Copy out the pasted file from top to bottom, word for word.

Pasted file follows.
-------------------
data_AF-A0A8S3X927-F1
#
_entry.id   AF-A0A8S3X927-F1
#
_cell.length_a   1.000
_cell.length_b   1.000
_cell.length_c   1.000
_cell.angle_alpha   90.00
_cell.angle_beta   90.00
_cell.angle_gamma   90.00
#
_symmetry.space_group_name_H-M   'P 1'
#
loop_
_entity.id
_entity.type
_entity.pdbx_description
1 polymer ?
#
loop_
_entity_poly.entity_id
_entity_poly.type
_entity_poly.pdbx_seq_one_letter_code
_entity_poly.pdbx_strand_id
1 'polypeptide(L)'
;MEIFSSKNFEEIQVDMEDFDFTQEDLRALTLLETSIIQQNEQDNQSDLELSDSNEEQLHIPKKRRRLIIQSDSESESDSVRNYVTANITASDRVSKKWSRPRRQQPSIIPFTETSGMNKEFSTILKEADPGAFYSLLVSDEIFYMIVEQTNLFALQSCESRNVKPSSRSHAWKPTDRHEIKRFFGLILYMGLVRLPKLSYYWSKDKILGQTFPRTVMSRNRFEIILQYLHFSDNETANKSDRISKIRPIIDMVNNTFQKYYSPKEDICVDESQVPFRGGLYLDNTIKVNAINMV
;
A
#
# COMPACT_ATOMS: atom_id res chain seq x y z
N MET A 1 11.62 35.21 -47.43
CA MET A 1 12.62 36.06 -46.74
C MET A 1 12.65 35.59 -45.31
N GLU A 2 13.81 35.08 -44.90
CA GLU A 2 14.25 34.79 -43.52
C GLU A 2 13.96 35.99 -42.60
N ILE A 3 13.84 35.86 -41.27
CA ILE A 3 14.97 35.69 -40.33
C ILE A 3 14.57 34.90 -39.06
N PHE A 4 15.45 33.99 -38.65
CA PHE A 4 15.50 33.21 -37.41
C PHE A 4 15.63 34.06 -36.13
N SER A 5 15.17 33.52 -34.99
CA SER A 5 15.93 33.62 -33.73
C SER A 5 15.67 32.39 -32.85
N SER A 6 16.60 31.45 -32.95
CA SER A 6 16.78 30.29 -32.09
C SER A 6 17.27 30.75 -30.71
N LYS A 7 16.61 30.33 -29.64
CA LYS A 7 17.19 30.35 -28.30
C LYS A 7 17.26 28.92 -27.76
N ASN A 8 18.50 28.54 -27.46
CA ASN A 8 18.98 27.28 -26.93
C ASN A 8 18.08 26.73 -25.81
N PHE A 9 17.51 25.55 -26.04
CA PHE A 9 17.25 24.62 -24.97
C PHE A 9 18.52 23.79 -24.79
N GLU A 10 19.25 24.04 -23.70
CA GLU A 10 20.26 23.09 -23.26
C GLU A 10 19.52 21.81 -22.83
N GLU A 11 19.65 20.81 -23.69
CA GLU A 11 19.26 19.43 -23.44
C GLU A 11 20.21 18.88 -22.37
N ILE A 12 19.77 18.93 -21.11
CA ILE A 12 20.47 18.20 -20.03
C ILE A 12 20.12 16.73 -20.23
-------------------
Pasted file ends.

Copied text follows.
data_AF-A0A8S3X927-F1
#
_entry.id   AF-A0A8S3X927-F1
#
_cell.length_a   1.000
_cell.length_b   1.000
_cell.length_c   1.000
_cell.angle_alpha   90.00
_cell.angle_beta   90.00
_cell.angle_gamma   90.00
#
_symmetry.space_group_name_H-M   'P 1'
#
loop_
_entity.id
_entity.type
_entity.pdbx_description
1 polymer ?
#
loop_
_entity_poly.entity_id
_entity_poly.type
_entity_poly.pdbx_seq_one_letter_code
_entity_poly.pdbx_strand_id
1 'polypeptide(L)'
;MEIFSSKNFEEIQVDMEDFDFTQEDLRALTLLETSIIQQNEQDNQSDLELSDSNEEQLHIPKKRRRLIIQSDSESESDSVRNYVTANITASDRVSKKWSRPRRQQPSIIPFTETSGMNKEFSTILKEADPGAFYSLLVSDEIFYMIVEQTNLFALQSCESRNVKPSSRSHAWKPTDRHEIKRFFGLILYMGLVRLPKLSYYWSKDKILGQTFPRTVMSRNRFEIILQYLHFSDNETANKSDRISKIRPIIDMVNNTFQKYYSPKEDICVDESQVPFRGGLYLDNTIKVNAINMV
;
A
#
# COMPACT_ATOMS: atom_id res chain seq x y z
N MET A 1 11.62 35.21 -47.43
CA MET A 1 12.62 36.06 -46.74
C MET A 1 12.65 35.59 -45.31
N GLU A 2 13.81 35.08 -44.90
CA GLU A 2 14.25 34.79 -43.52
C GLU A 2 13.96 35.99 -42.60
N ILE A 3 13.84 35.86 -41.27
CA ILE A 3 14.97 35.69 -40.33
C ILE A 3 14.57 34.90 -39.06
N PHE A 4 15.45 33.99 -38.65
CA PHE A 4 15.50 33.21 -37.41
C PHE A 4 15.63 34.06 -36.13
N SER A 5 15.17 33.52 -34.99
CA SER A 5 15.93 33.62 -33.73
C SER A 5 15.67 32.39 -32.85
N SER A 6 16.60 31.45 -32.95
CA SER A 6 16.78 30.29 -32.09
C SER A 6 17.27 30.75 -30.71
N LYS A 7 16.61 30.33 -29.64
CA LYS A 7 17.19 30.35 -28.30
C LYS A 7 17.26 28.92 -27.76
N ASN A 8 18.50 28.54 -27.46
CA ASN A 8 18.98 27.28 -26.93
C ASN A 8 18.08 26.73 -25.81
N PHE A 9 17.51 25.55 -26.04
CA PHE A 9 17.25 24.62 -24.97
C PHE A 9 18.52 23.79 -24.79
N GLU A 10 19.25 24.04 -23.70
CA GLU A 10 20.26 23.09 -23.26
C GLU A 10 19.52 21.81 -22.83
N GLU A 11 19.65 20.81 -23.69
CA GLU A 11 19.26 19.43 -23.44
C GLU A 11 20.21 18.88 -22.37
N ILE A 12 19.77 18.93 -21.11
CA ILE A 12 20.47 18.20 -20.03
C ILE A 12 20.12 16.73 -20.23